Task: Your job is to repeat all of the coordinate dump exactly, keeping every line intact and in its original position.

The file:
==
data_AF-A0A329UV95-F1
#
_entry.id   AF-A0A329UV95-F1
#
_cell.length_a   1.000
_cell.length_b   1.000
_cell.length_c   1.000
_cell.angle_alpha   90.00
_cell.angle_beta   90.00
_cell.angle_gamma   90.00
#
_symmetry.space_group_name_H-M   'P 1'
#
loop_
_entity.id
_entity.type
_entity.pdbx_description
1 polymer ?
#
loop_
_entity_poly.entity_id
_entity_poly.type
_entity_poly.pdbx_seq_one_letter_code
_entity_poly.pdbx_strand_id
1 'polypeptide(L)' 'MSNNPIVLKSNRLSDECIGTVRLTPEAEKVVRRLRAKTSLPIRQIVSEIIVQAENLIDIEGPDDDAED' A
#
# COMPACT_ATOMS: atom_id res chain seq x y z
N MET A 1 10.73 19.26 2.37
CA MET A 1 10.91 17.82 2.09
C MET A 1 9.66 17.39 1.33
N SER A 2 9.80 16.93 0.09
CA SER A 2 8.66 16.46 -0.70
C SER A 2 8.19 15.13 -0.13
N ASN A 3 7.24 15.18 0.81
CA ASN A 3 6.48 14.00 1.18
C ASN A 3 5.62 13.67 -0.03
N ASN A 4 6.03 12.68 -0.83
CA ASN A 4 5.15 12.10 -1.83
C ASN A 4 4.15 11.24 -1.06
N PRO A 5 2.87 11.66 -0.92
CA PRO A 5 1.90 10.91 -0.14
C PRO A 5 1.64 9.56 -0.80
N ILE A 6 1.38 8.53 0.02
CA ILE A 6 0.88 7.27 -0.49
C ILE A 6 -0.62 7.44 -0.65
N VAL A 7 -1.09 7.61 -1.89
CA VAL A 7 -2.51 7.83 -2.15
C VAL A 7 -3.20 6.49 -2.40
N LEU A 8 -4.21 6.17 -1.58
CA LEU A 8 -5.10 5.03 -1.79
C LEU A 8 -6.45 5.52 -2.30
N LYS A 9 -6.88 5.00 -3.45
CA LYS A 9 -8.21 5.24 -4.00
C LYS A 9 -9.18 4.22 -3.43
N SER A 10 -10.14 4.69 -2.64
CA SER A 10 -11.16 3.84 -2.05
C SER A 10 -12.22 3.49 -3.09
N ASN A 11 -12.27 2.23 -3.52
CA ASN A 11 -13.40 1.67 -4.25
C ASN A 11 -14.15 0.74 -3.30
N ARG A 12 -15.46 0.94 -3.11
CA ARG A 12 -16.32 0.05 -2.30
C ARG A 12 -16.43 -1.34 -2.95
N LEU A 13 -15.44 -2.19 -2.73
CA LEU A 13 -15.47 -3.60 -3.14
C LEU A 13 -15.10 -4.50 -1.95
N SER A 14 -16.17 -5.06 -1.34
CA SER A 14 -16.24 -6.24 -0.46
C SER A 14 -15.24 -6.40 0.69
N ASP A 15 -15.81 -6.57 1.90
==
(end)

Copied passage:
data_AF-A0A329UV95-F1
#
_entry.id   AF-A0A329UV95-F1
#
_cell.length_a   1.000
_cell.length_b   1.000
_cell.length_c   1.000
_cell.angle_alpha   90.00
_cell.angle_beta   90.00
_cell.angle_gamma   90.00
#
_symmetry.space_group_name_H-M   'P 1'
#
loop_
_entity.id
_entity.type
_entity.pdbx_description
1 polymer ?
#
loop_
_entity_poly.entity_id
_entity_poly.type
_entity_poly.pdbx_seq_one_letter_code
_entity_poly.pdbx_strand_id
1 'polypeptide(L)' 'MSNNPIVLKSNRLSDECIGTVRLTPEAEKVVRRLRAKTSLPIRQIVSEIIVQAENLIDIEGPDDDAED' A
#
# COMPACT_ATOMS: atom_id res chain seq x y z
N MET A 1 10.73 19.26 2.37
CA MET A 1 10.91 17.82 2.09
C MET A 1 9.66 17.39 1.33
N SER A 2 9.80 16.93 0.09
CA SER A 2 8.66 16.46 -0.70
C SER A 2 8.19 15.13 -0.13
N ASN A 3 7.24 15.18 0.81
CA ASN A 3 6.48 14.00 1.18
C ASN A 3 5.62 13.67 -0.03
N ASN A 4 6.03 12.68 -0.83
CA ASN A 4 5.15 12.10 -1.83
C ASN A 4 4.15 11.24 -1.06
N PRO A 5 2.87 11.66 -0.92
CA PRO A 5 1.90 10.91 -0.14
C PRO A 5 1.64 9.56 -0.80
N ILE A 6 1.38 8.53 0.02
CA ILE A 6 0.88 7.27 -0.49
C ILE A 6 -0.62 7.44 -0.65
N VAL A 7 -1.09 7.61 -1.89
CA VAL A 7 -2.51 7.83 -2.15
C VAL A 7 -3.20 6.49 -2.40
N LEU A 8 -4.21 6.17 -1.58
CA LEU A 8 -5.10 5.03 -1.79
C LEU A 8 -6.45 5.52 -2.30
N LYS A 9 -6.88 5.00 -3.45
CA LYS A 9 -8.21 5.24 -4.00
C LYS A 9 -9.18 4.22 -3.43
N SER A 10 -10.14 4.69 -2.64
CA SER A 10 -11.16 3.84 -2.05
C SER A 10 -12.22 3.49 -3.09
N ASN A 11 -12.27 2.23 -3.52
CA ASN A 11 -13.40 1.67 -4.25
C ASN A 11 -14.15 0.74 -3.30
N ARG A 12 -15.46 0.94 -3.11
CA ARG A 12 -16.32 0.05 -2.30
C ARG A 12 -16.43 -1.34 -2.95
N LEU A 13 -15.44 -2.19 -2.73
CA LEU A 13 -15.47 -3.60 -3.14
C LEU A 13 -15.10 -4.50 -1.95
N SER A 14 -16.17 -5.06 -1.34
CA SER A 14 -16.24 -6.24 -0.46
C SER A 14 -15.24 -6.40 0.69
N ASP A 15 -15.81 -6.57 1.90